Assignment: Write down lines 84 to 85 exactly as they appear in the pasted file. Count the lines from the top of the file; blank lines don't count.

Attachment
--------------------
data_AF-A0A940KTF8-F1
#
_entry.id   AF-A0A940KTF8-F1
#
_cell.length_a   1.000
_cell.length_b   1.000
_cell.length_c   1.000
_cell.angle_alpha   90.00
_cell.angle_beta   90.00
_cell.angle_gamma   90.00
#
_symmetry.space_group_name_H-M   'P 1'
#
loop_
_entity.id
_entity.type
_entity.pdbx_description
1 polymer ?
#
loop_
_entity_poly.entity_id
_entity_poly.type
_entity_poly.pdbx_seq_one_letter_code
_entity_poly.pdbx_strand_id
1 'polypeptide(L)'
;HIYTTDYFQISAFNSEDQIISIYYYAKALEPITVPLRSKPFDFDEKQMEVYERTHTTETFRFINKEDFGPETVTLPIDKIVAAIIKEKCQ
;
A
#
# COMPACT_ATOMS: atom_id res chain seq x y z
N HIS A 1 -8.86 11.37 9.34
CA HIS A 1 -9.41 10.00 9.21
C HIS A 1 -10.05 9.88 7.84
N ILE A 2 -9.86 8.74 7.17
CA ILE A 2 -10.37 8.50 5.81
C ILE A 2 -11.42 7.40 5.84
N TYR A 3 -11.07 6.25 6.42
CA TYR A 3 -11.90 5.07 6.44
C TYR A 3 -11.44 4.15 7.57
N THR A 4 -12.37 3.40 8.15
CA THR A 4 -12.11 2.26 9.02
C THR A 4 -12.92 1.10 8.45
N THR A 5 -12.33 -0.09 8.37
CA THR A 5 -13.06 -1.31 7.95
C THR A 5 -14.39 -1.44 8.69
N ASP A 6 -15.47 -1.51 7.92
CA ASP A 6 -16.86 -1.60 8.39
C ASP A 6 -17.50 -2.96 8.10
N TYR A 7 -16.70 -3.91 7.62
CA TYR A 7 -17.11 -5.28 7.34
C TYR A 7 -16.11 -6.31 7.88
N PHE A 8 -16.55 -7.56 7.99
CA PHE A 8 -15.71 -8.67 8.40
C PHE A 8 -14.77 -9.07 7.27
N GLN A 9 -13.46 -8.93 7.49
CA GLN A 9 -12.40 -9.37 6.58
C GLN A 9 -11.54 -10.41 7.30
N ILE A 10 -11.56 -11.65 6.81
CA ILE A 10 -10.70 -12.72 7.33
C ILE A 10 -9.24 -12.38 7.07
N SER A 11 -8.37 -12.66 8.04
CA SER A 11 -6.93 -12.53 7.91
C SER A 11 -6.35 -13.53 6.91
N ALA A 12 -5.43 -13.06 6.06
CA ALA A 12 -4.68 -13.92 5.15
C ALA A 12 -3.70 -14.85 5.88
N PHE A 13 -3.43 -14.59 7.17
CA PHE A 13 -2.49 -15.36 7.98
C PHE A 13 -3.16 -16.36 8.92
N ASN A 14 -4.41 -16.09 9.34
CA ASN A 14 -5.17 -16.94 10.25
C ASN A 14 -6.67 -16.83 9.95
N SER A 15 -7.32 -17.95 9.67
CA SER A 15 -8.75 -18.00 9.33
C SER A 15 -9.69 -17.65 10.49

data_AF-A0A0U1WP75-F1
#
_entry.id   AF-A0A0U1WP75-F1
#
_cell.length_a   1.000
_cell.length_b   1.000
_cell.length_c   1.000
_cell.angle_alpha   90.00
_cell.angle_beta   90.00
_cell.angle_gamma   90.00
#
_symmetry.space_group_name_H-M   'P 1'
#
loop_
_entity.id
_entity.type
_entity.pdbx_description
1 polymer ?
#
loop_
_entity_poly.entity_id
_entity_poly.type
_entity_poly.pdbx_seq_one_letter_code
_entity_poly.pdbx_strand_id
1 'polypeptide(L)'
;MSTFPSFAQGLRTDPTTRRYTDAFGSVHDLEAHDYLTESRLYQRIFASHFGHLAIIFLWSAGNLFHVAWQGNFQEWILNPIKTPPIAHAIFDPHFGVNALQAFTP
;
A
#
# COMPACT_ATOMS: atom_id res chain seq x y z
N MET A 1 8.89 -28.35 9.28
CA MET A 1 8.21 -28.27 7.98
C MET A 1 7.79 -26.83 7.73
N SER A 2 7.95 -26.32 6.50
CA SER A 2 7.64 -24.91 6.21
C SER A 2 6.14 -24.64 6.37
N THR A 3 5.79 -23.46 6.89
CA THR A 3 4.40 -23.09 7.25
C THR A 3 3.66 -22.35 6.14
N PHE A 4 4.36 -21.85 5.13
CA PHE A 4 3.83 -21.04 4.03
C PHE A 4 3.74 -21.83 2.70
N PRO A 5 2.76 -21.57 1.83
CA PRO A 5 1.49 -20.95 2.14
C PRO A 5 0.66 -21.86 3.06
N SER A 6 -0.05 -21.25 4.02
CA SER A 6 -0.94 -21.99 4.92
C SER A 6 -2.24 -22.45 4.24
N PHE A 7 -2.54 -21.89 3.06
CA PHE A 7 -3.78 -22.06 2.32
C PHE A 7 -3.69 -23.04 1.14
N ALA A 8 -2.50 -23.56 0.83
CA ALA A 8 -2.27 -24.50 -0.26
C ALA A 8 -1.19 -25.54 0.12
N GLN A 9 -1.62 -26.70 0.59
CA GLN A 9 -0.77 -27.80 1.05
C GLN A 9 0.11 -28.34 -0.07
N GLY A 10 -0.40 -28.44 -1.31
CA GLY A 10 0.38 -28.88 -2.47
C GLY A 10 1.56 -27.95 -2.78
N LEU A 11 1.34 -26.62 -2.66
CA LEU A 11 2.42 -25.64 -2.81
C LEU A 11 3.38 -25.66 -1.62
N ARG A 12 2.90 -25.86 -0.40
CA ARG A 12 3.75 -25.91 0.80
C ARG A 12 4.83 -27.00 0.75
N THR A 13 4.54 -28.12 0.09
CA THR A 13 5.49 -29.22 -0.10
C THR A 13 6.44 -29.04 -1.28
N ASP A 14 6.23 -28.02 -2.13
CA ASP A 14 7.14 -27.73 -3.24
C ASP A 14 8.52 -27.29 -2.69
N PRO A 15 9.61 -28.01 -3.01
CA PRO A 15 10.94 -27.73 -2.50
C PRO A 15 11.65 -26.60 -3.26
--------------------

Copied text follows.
_cell.angle_beta   90.00
_cell.angle_gamma   90.00